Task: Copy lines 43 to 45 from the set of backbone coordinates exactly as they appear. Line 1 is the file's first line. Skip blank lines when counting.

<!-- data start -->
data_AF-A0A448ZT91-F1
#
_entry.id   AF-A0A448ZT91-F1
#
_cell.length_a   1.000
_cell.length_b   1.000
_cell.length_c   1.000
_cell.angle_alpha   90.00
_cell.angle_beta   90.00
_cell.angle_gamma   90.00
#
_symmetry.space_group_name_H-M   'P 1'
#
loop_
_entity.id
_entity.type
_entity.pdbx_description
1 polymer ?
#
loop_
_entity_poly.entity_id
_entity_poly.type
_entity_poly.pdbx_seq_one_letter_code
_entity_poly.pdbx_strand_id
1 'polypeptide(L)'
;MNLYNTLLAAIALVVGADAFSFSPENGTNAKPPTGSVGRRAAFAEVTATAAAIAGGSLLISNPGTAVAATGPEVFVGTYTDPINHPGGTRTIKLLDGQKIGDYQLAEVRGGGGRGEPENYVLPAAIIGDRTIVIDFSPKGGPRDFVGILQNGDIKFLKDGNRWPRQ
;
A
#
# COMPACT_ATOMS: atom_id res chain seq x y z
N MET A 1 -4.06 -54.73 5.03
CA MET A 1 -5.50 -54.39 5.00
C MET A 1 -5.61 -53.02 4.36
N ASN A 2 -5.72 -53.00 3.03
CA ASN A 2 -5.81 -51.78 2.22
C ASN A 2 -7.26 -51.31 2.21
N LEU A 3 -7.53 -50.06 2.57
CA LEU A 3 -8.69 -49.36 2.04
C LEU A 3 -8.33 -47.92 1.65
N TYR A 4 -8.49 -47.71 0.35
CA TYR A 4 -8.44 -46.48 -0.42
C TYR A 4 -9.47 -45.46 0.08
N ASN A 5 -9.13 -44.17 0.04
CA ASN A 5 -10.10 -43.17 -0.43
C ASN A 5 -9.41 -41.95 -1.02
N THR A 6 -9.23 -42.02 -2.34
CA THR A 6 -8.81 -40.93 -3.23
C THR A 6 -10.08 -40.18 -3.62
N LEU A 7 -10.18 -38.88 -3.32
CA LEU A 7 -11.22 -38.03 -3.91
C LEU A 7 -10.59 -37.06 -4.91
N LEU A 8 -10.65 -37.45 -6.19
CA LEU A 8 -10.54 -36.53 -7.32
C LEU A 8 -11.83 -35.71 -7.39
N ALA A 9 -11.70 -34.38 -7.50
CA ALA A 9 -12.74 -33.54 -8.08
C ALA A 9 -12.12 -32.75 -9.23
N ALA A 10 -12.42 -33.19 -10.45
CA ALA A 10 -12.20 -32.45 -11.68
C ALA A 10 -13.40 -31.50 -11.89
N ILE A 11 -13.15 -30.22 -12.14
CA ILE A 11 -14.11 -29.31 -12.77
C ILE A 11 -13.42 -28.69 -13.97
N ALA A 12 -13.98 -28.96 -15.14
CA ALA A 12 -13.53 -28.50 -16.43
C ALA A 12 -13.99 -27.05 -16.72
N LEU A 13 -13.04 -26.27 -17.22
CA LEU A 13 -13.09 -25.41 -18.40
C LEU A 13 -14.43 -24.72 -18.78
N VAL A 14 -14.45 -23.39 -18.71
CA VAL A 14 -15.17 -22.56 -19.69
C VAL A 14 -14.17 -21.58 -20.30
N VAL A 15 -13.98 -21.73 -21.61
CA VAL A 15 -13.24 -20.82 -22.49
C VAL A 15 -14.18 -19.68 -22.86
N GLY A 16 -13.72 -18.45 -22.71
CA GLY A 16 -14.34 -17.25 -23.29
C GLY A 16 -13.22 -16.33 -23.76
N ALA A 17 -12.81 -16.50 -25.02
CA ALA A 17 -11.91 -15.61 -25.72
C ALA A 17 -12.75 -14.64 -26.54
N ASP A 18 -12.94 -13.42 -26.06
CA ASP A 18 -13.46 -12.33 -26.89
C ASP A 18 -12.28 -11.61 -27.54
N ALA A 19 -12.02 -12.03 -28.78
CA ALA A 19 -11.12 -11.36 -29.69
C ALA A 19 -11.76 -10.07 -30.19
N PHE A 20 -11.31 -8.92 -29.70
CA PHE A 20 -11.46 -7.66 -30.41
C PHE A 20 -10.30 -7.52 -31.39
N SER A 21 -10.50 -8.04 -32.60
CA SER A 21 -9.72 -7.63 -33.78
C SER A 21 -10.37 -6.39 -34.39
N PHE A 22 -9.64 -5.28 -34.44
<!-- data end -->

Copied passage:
N ASN A 5 -9.13 -44.17 0.04
CA ASN A 5 -10.10 -43.17 -0.43
C ASN A 5 -9.41 -41.95 -1.02